Dealing With The Loss Of A Best Friend
All friendships, male or female, change as you grow older. But for women, early same-sex relationships are often far more intense than those of the male variety. These friendships can start quickly in early childhood and move fast.
That doesn’t mean they’re not meaningful, as these relationships are often the most intense of your life with a huge impact on your personal development.
Some relationships born during your school years endure over many decades, and if they do end, it can feel like the death of a family member, causing just as much grief and pain. The trouble with teenage rollercoaster friendships is that they’re often based on differences, rather than similarities. Frequently, one of the pair might be especially pretty, outgoing or smart, while the other party isn’t as popular with peers. The outcome is one person looks up to the other, while the ‘main star of the show’ looks back at them for reassurance and validation. The identities of both can mingle dangerously and, at a time when people are figuring out who they are, their individual identity is all wrapped up with those of someone else.
As you grow older, there is a tendency to cling on to those relationships. The problem is, the factors that helped form the relationship in the first place have been left behind with childhood and the relationship hasn’t matured, unlike the individuals involved. Holding on to long-term friendships is something most people want to do, especially when there’s history and a sense of loyalty involved. However, the move from adolescence into adulthood can mean these friendships become obsolete, and may even have a negative influence in your life.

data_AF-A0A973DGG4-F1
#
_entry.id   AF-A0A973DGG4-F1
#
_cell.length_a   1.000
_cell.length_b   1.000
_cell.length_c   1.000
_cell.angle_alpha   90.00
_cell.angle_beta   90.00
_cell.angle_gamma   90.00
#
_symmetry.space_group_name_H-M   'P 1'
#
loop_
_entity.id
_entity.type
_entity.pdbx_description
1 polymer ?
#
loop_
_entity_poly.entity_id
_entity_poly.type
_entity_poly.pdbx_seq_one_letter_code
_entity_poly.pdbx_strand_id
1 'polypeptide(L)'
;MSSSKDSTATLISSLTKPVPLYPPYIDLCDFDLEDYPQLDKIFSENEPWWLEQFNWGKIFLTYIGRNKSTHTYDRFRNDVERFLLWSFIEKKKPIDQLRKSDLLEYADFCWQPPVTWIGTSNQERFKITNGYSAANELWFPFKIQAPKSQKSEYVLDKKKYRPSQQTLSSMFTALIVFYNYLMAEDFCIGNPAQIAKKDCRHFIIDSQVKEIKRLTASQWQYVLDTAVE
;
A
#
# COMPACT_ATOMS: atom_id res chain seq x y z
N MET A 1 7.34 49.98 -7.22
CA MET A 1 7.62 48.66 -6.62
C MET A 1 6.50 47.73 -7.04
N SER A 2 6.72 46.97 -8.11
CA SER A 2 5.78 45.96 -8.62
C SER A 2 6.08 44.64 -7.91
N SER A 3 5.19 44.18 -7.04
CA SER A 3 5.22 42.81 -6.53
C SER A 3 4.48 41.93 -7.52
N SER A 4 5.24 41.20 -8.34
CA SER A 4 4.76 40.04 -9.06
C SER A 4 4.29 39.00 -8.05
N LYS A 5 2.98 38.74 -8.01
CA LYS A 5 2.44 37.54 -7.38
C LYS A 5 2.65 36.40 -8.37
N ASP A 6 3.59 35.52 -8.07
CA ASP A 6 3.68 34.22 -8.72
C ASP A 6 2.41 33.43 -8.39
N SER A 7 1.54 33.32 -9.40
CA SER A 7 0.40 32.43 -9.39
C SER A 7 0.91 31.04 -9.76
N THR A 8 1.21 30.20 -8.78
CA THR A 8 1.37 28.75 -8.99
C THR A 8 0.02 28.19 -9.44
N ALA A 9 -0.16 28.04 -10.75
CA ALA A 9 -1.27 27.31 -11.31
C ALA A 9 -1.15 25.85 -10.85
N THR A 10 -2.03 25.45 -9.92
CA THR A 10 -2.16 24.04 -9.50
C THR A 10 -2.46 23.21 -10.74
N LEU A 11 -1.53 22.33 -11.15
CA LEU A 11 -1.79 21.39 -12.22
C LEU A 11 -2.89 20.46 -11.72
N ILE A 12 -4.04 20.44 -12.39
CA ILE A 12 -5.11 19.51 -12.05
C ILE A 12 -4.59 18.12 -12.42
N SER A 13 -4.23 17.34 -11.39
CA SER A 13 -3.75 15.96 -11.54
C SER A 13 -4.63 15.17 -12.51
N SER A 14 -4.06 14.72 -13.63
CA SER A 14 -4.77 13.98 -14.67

Not that these friendships always end badly. Some people find a way to grow the relationship along with their own identities, but making them work takes time, effort and perseverance. The end of youthful friendships is usually inevitable. People go different ways emotionally, as well as geographically and it’s unlikely that the person who understood you at 13 would be the same as the one that understands you at 33.
Sometimes, the break provided by distance can help. When you do meet again, you both have different lives and priorities. In a way, you’re renewing the relationship. Certainly social networking platforms such as Facebook and Friends Reunited means that’s exactly what a lot of people are doing now.
That said, some people who are entering a new phase of life make a conscious effort to leave these relationships behind when they finish school. It’s never nice to be rejected and feels worse still when the rejection comes from your closest friend of many years. So how do you get closure? Sometimes the extreme emotions of the youthful friendship linger, even though the individuals have grown up. Protecting your feelings and emotional wellbeing is as important as it is with the break-up of a romantic relationship.
- Don’t ignore the split. It’ll only come back to haunt you when you least expect it. Take time to mourn the end of the relationship and express your feelings in whatever way you think is most appropriate.
- When you’re ready, look back at what happened to the relationship objectively. Question why it ended the way it did. If it was a bad end, try to analyse why and if you could have done anything to salvage the relationship.
- If someone let you down, don’t dwell on it forever. You may never know the reason, and it’s bad for your emotional wellness to continue reliving it. It’s time to move on. Don’t live in the past.
- If you recognise you are spending too much time focussing on the break-up, find a new hobby or pastime to take your mind off things. Join a club and make some new friends. With every ending comes a new beginning.
- Make a conscious effort to meet new people. It can do a lot of good for your self-esteem and confidence.
- If you bump into your ‘ex’-friend, try not to be resentful or bitter. Be polite and say hello. If you need to, make an excuse and walk on. Don’t talk behind their back or spread malicious gossip. Negativity only breeds negativity.